EU wants to block child pornography sites
The EU commission on Monday (29 March) proposed that access to internet sites offering child pornography images and videos be blocked in all member states.
"Child pornography is a horrible crime. It is not an expression of freedom of speech," EU home affairs commissioner Cecilia Malmstrom said during a press briefing in Brussels.
Dear EUobserver reader
Subscribe now for unrestricted access to EUobserver.
Sign up for 30 days' free trial, no obligation. Full subscription only 15 € / month or 150 € / year.
- Unlimited access on desktop and mobile
- All premium articles, analysis, commentary and investigations
- EUobserver archives
EUobserver is the only independent news media covering EU affairs in Brussels and all 28 member states.
♡ We value your support.
If you already have an account click here to login.
"If police can confiscate leaflets, books, and videos with child pornography, it should also be able to shut down sites. The internet is not a safe haven for criminals," she argued.
Under the proposal, systems would be developed by member states to block access to such sites. Agreements with internet providers should also be encouraged, and users should be notified as to why access was blocked.
Such systems are already in place in Scandinavian countries, Italy and Great Britain and "stop thousands of requests each day," Ms Malmstrom said.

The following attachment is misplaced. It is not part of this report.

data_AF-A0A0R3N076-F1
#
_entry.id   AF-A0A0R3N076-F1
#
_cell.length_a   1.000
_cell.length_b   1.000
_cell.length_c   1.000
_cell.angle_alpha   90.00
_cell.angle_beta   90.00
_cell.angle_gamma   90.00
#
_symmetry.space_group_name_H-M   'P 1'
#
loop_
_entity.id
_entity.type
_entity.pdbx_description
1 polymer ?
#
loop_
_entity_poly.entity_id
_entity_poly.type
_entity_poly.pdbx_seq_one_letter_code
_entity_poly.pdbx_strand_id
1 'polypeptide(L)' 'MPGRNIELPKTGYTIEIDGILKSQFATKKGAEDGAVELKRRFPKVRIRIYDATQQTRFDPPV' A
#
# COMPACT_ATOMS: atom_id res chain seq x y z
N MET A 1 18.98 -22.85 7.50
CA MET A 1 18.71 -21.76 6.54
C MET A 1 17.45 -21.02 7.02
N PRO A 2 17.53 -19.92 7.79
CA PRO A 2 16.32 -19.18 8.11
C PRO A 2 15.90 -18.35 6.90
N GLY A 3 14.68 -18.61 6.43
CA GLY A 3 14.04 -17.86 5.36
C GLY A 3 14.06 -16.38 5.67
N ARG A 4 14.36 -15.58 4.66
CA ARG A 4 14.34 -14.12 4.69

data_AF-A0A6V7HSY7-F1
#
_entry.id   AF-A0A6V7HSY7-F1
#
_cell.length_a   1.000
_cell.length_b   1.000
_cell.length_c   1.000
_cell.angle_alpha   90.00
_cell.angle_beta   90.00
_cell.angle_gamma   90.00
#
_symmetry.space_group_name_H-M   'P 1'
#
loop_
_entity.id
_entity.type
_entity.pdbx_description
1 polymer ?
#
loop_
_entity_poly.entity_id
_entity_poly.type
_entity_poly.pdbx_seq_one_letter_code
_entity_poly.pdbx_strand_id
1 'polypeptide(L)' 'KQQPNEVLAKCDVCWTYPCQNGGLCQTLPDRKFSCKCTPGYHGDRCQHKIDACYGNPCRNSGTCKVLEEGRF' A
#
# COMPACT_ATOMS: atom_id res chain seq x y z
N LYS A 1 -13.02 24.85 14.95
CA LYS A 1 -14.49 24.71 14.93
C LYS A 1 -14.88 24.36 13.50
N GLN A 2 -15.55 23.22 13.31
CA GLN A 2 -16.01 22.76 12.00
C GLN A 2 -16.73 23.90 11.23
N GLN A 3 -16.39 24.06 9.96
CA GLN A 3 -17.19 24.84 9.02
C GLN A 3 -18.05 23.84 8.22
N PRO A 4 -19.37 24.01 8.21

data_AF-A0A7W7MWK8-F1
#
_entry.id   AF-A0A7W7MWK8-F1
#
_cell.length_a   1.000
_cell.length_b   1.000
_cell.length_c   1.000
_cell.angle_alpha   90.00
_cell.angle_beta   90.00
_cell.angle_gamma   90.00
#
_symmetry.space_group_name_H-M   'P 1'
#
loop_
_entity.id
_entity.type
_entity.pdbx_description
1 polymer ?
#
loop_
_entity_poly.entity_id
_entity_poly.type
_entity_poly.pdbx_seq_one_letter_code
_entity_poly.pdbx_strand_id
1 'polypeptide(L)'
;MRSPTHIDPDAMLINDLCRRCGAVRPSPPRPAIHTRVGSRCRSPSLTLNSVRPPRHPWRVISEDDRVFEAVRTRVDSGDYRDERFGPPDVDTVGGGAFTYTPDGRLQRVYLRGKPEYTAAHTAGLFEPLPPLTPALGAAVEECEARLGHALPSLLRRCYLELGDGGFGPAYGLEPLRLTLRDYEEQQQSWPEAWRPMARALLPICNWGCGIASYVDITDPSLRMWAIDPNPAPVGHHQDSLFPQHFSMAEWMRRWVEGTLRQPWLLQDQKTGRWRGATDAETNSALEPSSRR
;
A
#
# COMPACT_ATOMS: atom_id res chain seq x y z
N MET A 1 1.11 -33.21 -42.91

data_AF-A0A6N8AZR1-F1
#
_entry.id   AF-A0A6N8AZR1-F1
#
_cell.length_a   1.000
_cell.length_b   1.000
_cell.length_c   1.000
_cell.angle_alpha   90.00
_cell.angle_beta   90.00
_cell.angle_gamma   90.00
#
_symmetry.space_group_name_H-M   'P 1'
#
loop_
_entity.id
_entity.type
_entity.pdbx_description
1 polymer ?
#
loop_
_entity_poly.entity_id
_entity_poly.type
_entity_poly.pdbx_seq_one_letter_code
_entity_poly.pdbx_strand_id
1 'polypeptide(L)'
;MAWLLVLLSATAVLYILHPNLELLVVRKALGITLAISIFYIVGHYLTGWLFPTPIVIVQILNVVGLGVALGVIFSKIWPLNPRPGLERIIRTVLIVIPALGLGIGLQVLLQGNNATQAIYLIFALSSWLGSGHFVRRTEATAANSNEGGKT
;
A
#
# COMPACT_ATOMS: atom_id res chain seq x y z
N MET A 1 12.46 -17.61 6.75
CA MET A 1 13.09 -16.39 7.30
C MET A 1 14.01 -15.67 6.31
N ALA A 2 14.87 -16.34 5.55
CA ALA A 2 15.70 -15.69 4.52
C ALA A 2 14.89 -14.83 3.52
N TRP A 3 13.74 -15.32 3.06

The proposal also calls for criminal prosecution of activities such as 'grooming', where adults pretend to become friends with children in order to sexually abuse them, and sex tourism, even if the child abuse has taken place outside the EU.
Also, children's rights would be protected, for instance by allowing video testimonies in court so as not to traumatise them further with testifying in front of an adult jury about their experiences.
Blocking sites at the source is preferable, she added, but this is a more difficult task, given that sites are often based outside the EU or have scrambling devices altering their traceable location several times a day.
The Swedish politician stressed that she personally guarantees this measure would only apply to access to child pornography sites and not to other purposes, restricting the users' freedom and rights.
She admitted that some computer-savvy users would be able to circumvent the blockades, but "most people are not experts," including paedophiles. Also, the "preventive element" should not be underestimated.
The proposal needs the approval of both the member states and the European Parliament. But already German justice minister Sabine Leutheusser-Schnarrenberger said she would oppose the move and opt for erasing such sites instead of blocking access to them.
"The German government rejects internet blockades. They don't represent an effective means in fighting child pornography, while instead leading to greater mistrust on the part of internet users," the minister told the Hamburger Abendblatt.